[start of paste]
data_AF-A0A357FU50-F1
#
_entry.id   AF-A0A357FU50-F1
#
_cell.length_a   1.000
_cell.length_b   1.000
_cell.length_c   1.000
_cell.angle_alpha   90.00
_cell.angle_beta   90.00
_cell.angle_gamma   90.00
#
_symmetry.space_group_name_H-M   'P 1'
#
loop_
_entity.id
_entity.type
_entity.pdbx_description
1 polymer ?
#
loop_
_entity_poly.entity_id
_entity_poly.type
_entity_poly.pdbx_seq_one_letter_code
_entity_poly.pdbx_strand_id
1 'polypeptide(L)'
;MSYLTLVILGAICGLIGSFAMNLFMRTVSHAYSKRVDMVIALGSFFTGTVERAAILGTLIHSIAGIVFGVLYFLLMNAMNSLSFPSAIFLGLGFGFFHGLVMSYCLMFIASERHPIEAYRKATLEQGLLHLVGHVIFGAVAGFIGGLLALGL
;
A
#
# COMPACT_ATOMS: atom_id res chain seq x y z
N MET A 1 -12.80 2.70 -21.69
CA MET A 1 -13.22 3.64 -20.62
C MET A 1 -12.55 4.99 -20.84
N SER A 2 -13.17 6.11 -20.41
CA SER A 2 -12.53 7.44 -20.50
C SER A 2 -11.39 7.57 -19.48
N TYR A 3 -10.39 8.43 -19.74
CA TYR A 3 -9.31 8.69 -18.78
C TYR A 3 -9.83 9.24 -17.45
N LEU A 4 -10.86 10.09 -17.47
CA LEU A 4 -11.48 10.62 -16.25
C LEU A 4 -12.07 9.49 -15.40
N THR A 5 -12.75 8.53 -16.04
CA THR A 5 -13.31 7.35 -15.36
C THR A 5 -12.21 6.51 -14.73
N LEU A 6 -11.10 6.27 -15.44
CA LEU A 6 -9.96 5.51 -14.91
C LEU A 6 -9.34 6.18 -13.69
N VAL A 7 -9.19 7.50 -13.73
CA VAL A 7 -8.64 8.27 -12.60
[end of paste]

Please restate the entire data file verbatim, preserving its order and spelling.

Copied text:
data_AF-A0A357FU50-F1
#
_entry.id   AF-A0A357FU50-F1
#
_cell.length_a   1.000
_cell.length_b   1.000
_cell.length_c   1.000
_cell.angle_alpha   90.00
_cell.angle_beta   90.00
_cell.angle_gamma   90.00
#
_symmetry.space_group_name_H-M   'P 1'
#
loop_
_entity.id
_entity.type
_entity.pdbx_description
1 polymer ?
#
loop_
_entity_poly.entity_id
_entity_poly.type
_entity_poly.pdbx_seq_one_letter_code
_entity_poly.pdbx_strand_id
1 'polypeptide(L)'
;MSYLTLVILGAICGLIGSFAMNLFMRTVSHAYSKRVDMVIALGSFFTGTVERAAILGTLIHSIAGIVFGVLYFLLMNAMNSLSFPSAIFLGLGFGFFHGLVMSYCLMFIASERHPIEAYRKATLEQGLLHLVGHVIFGAVAGFIGGLLALGL
;
A
#
# COMPACT_ATOMS: atom_id res chain seq x y z
N MET A 1 -12.80 2.70 -21.69
CA MET A 1 -13.22 3.64 -20.62
C MET A 1 -12.55 4.99 -20.84
N SER A 2 -13.17 6.11 -20.41
CA SER A 2 -12.53 7.44 -20.50
C SER A 2 -11.39 7.57 -19.48
N TYR A 3 -10.39 8.43 -19.74
CA TYR A 3 -9.31 8.69 -18.78
C TYR A 3 -9.83 9.24 -17.45
N LEU A 4 -10.86 10.09 -17.47
CA LEU A 4 -11.48 10.62 -16.25
C LEU A 4 -12.07 9.49 -15.40
N THR A 5 -12.75 8.53 -16.04
CA THR A 5 -13.31 7.35 -15.36
C THR A 5 -12.21 6.51 -14.73
N LEU A 6 -11.10 6.27 -15.44
CA LEU A 6 -9.96 5.51 -14.91
C LEU A 6 -9.34 6.18 -13.69
N VAL A 7 -9.19 7.50 -13.73
CA VAL A 7 -8.64 8.27 -12.60